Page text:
A Drop

From Buson’s Collected Haiku #676:

初しぐれ眉に烏帽子の雫哉

first rain of the season

down the headgear onto the eyebrow 

a drop


烏帽子, or eboshi, literally “raven’s cap,” now worn almost exclusively by Shinto priests during ritual ceremonies, it was originally donned by young men at their coming of age ceremonies.

640px-Kannushi_and_miko_at_the_Meiji_Shrine,_Tokyo

 

 

 

 

 

 

 

It evolved into a heavily lacquered headdress sometime in the late Heian period.

Eboshi_kabuto_1

 

 

 

 

 

 

 

 

 

In this haiku, Buson is poking fun at the seriousness of the Shinto priest who is most likely performing his rituals at a small outdoor shrine. It starts to rain — the first cold rain of the season. A drop hangs from the lip of his headdress before falling onto his eyebrow. His dignity and reserve won’t allow him to do anything but “ganbaru” — to hang on; to persevere — until the ritual is over.

To see more of Buson’s haiku please follow him on Instagram @turnipdiary.


 

Kannushi and miko at the Meiji Shrine, Tokyo” by mrhayataShinto Priest. Licensed under CC BY-SA 2.0 via Wikimedia Commons.

By Samuraiantiqueworld (Own work) [CC BY-SA 3.0 (http://creativecommons.org/licenses/by-sa/3.0) or GFDL (http://www.gnu.org/copyleft/fdl.html)], via Wikimedia Commons

What’s a Bagworm? and What Did a Raincoat Look Like in Japan in 1760?

So there’s this haiku by Buson:

みのむしの得たりかしこし初時雨

like a bagworm   I’m all right   first winter rain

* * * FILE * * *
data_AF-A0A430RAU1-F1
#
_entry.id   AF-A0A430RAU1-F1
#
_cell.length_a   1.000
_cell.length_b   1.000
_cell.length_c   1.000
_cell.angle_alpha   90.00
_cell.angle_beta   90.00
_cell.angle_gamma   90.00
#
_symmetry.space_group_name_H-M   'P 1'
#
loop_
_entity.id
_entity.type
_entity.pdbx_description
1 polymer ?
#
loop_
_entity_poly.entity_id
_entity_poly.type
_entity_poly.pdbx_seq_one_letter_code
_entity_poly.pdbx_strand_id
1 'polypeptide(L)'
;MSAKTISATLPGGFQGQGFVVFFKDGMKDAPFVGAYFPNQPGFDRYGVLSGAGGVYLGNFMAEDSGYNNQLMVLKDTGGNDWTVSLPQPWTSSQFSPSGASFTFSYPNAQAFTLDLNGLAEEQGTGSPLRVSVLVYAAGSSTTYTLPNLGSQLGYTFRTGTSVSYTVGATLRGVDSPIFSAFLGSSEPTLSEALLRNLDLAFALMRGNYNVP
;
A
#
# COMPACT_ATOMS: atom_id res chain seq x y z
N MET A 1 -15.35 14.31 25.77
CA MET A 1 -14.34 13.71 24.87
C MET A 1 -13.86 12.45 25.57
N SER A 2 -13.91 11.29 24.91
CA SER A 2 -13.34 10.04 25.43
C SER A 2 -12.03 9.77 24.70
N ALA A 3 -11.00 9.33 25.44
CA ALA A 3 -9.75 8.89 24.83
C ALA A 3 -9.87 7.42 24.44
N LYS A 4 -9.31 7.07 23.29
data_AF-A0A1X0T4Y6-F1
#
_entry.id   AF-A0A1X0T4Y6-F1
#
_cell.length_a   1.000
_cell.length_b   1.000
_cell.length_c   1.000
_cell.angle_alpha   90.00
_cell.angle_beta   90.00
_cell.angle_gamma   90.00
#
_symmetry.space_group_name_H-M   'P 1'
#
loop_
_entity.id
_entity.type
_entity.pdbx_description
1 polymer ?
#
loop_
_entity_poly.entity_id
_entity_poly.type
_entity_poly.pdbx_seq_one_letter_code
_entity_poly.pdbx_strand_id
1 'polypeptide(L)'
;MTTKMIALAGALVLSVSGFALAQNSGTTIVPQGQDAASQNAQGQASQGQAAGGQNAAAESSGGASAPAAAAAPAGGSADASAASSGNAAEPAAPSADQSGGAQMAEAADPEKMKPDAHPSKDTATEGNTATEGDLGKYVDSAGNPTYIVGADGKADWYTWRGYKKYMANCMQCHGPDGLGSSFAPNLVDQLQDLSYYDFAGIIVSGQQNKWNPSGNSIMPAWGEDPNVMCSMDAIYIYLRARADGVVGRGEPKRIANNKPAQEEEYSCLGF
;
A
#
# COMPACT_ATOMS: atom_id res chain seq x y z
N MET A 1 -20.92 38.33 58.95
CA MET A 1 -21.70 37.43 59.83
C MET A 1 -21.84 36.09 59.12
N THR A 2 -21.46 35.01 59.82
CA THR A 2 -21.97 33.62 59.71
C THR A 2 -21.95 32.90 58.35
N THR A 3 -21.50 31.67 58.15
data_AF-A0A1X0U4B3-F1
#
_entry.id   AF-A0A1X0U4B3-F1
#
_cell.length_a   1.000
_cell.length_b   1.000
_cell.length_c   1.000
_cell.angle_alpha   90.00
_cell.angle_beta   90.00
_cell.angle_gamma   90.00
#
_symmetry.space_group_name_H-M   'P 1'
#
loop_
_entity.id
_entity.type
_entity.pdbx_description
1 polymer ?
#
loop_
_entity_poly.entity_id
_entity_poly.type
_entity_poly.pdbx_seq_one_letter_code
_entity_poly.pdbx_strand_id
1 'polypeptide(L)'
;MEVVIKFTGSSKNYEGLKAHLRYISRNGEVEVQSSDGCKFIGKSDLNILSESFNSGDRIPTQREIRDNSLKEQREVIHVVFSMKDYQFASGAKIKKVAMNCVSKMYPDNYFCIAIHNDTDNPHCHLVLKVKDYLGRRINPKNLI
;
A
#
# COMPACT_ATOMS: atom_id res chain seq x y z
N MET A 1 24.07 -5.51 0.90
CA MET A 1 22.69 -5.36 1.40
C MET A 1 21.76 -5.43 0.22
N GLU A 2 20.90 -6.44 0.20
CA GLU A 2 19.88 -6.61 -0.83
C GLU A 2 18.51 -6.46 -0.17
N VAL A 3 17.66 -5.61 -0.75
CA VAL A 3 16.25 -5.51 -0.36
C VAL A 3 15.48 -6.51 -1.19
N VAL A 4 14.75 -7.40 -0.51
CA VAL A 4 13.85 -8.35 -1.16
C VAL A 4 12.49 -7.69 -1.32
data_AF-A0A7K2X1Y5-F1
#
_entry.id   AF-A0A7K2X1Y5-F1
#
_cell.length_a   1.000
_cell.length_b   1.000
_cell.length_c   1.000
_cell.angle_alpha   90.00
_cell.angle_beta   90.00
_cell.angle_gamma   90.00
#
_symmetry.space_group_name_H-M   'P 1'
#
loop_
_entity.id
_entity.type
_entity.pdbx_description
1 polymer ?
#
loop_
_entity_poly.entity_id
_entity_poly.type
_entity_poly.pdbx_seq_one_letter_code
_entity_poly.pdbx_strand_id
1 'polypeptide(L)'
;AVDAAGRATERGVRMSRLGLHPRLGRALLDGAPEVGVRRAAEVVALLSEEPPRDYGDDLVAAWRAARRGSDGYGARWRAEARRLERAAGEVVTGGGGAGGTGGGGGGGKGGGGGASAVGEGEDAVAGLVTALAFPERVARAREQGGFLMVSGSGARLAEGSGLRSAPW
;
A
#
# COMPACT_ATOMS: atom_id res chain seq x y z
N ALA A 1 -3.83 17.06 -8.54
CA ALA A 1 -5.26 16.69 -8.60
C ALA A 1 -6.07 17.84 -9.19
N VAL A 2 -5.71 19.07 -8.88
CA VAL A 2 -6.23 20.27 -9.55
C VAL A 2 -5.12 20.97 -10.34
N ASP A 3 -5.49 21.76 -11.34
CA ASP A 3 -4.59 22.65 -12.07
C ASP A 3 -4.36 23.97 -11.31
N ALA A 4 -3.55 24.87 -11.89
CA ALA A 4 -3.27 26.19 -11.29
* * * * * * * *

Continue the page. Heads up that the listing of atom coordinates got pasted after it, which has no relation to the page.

Another pretty good poet, Bashō, had written this:

初しぐれ狼も小蓑をほしげ也

first winter rain   the monkey too  wants a little raincoat


And Kikaku, Bashō’s disciple, wrote this:

蓑を着て鷺こそ進め夕しぐれ

donning a raincoat     this heron advances      evening winter rain


What all three of these haiku have in common is the central image of the traveler out of doors in late autumn or early winter, with the first, cold rain of the season starting to fall. Raincoats at the time were not much — bunches of straw woven together to hold off the rain.

簑(みの)

But the image, in all three cases, equates the man in the straw raincoat with the animal.

Basho — macaque:

saru

Kikaku — heron:

heron

Buson — bagworm:

IMG_0008


I’ll be sharing more of Buson’s haiku on Instagram: @turnipdiary. See you there!

photo credit: Jigokudani Yaen-Koen 2008-01-12 138 via photopin (license)

photo credit: Heron 2 via photopin (license)

photo credit: Man in traditional straw raincoat, Japan via photopin (license)